"From a design perspective, we want to create really beautiful, timeless cars. We don't cater to the immediate, in-your-face impact. We cater to those who truly appreciate style-not because they want to be seen, but because they appreciate the finer things in life. It's about a limited-edition, truly personalized design." - Henrik Fisker
Yes, that's Henrik Fisker, the Henrik Fisker, the Danish designer behind the BMW Z8, the Aston Martin V8 Vantage, and most (if not all) of the Aston Martin DB9. And yes, it sounds a lot like some shopworn old infomercial pitch, or maybe something from the advertising section of Nouveau Riche Monthly. As a mission statement, it's grand, noble, and entirely unbelievable. In other words, it's exactly the kind of marketing-speak you would expect to hear from the man at the helm of a young, small, high-end car company.
Here's the funny part, though: All that stuff Fisker says? He means it. On top of that, it's actually... true.
For the past two years, Irvine, California-based Fisker Coachbuild has quietly gone about the business of reinventing the long-dead tradition of the coachbuilder. His $183,500 Tramonto roadster is attractive and sleek, arguably more so than the Mercedes-Benz SL upon which it is based. His clientele are almost always tasteful and wealthy - not exactly a common combination. And his cars actually seem to be unique (despite their being based on mass-produced corporate products), stylish, and worth their astronomical sticker prices. (That $183,000 fee that the Tramonto brings is a base number; most come in roughly $50,000 to $100,000 higher, and the only true price cap is the customer's imagination.)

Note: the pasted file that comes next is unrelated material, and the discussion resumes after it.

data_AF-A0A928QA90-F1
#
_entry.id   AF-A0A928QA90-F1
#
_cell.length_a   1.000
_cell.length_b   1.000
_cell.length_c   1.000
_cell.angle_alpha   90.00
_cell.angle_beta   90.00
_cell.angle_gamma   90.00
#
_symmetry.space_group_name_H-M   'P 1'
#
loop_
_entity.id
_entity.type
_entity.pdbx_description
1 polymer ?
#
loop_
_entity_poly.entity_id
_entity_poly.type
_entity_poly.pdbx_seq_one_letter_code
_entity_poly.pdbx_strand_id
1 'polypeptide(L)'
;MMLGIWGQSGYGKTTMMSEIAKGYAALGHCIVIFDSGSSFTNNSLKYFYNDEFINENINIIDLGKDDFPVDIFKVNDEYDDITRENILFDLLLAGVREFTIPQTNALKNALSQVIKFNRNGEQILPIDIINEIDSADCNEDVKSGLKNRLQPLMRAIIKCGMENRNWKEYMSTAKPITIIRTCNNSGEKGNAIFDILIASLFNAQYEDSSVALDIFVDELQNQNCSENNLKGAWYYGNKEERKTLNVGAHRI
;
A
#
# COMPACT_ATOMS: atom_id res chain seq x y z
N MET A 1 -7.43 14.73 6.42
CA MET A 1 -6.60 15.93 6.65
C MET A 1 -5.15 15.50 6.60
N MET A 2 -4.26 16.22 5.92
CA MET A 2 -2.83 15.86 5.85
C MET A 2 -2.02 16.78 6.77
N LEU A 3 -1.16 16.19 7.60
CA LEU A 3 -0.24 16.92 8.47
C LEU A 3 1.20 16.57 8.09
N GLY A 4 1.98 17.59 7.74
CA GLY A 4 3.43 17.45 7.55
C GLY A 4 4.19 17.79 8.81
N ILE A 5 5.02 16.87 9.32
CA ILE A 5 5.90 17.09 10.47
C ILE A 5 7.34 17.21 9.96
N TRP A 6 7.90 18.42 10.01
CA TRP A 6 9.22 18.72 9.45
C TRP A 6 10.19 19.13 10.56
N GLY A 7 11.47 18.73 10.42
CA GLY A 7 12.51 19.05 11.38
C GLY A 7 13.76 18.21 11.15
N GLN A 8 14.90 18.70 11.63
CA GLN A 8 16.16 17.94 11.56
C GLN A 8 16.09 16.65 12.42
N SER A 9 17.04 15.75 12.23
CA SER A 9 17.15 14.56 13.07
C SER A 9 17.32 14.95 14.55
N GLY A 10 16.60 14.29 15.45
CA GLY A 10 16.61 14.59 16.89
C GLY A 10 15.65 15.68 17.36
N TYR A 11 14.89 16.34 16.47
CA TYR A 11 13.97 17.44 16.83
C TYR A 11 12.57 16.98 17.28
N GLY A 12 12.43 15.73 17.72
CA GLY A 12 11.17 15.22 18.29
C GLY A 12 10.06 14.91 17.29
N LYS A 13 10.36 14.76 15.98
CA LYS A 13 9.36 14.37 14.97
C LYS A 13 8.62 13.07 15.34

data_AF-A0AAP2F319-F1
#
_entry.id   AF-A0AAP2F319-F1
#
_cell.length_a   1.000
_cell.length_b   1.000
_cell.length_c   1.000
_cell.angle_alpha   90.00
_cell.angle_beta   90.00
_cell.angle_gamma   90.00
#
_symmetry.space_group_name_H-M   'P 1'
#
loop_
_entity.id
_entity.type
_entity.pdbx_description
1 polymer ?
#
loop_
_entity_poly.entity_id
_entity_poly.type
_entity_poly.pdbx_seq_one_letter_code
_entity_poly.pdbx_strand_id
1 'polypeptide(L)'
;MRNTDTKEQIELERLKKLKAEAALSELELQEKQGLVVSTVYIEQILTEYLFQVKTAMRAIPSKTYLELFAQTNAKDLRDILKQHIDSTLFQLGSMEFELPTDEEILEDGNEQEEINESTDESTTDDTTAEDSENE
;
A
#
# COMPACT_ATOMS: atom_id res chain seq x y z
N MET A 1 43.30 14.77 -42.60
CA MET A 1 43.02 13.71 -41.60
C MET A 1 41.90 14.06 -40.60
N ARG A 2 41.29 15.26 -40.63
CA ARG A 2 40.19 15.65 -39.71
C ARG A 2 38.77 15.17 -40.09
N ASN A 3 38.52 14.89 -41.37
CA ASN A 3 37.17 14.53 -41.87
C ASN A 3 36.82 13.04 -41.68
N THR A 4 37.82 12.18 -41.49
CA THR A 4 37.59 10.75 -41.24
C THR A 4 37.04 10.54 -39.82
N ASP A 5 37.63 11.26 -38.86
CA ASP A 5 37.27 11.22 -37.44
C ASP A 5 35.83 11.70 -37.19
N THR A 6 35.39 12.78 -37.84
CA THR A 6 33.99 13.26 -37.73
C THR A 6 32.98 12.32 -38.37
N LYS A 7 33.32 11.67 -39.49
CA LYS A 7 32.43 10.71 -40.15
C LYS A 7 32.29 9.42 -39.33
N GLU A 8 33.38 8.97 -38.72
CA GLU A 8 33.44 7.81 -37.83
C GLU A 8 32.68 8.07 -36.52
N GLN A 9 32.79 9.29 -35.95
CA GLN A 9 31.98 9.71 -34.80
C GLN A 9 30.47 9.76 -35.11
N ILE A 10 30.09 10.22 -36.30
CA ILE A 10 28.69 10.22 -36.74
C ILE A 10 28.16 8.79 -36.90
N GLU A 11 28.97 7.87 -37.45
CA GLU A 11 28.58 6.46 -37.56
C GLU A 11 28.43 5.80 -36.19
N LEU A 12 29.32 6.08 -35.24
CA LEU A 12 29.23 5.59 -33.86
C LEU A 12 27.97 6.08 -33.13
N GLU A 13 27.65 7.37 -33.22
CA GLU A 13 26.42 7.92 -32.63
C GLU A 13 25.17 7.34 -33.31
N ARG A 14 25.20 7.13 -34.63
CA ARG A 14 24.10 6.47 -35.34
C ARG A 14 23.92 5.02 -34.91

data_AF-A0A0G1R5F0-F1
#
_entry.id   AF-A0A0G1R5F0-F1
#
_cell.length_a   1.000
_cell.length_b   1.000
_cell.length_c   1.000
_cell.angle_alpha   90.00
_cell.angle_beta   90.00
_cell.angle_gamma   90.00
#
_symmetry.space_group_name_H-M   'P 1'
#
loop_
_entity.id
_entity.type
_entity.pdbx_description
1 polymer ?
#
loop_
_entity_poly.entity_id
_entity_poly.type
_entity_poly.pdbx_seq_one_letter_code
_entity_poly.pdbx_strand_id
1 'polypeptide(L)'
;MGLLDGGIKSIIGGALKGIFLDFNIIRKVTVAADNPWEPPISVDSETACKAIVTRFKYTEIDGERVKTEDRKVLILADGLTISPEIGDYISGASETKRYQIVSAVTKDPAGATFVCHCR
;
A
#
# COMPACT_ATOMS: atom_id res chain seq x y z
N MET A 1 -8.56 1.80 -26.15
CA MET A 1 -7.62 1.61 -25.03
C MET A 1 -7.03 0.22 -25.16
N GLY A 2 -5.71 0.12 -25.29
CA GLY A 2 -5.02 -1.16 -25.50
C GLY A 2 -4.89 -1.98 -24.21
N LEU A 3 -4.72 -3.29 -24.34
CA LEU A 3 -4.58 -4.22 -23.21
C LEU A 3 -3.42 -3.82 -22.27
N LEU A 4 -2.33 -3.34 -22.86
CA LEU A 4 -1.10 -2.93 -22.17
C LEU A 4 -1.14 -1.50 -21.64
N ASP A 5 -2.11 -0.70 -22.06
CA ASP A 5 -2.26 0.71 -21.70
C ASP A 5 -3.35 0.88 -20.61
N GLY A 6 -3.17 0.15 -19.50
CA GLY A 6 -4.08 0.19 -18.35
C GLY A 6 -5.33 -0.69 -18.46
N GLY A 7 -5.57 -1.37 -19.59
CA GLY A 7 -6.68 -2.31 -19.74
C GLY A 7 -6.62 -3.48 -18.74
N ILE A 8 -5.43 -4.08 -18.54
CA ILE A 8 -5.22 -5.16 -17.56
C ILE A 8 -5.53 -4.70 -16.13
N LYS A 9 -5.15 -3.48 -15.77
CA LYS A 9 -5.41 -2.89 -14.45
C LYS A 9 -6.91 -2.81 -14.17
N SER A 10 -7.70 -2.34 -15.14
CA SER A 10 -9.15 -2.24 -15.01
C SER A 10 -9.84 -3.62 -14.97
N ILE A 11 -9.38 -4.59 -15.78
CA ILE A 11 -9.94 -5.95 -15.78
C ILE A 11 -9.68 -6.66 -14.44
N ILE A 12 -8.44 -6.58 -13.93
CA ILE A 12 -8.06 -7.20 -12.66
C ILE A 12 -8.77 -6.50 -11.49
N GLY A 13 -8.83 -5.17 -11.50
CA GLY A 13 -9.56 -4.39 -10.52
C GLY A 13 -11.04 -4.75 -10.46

So here we are in the summer of 2007, and the affable Fisker has decided to pop out with yet another production car. Unlike the Tramonto, Fisker's latest offering is based on a BMW product - it's essentially a reskinned and retrimmed BMW 6-series, albeit one whose engine can produce upwards of 650 hp, one that looks almost nothing like the ugly-baby car it began life as. Pay careful attention here: Yes, that's right. The Fisker Latigo is actually pretty.
Here's how it works: You pony up for a hideous-looking-but-really-quite-fast BMW 650i or M6, then drop it off with Fisker and his crew in Irvine. Your 6er is then cloaked in all manner of carbon-fiber and aluminum bodywork (carbon hood, bumpers, fenders, sills, trunk, rear diffuser, aluminum doors). The entire interior is dismantled-sadly, iDrive stays, though it's at least gifted with an uber-cool billet aluminum knob-and retrimmed by hand, with multiple grades of leather and a virtually endless selection of colors available. (The highest-grade leather on offer feels and looks like Italian furniture skin because, well, it is.) Billet aluminum touches such as switch surrounds and trim panels are installed - again, all to your particular taste and preference - and the headliner is retrimmed in heavily sueded Alcantara. There's an almost blinding amount of dead cow - it's like bathing in a sea made of the world's nicest couches. In short, everything in the interior is revamped, recovered, and extensively facelifted.
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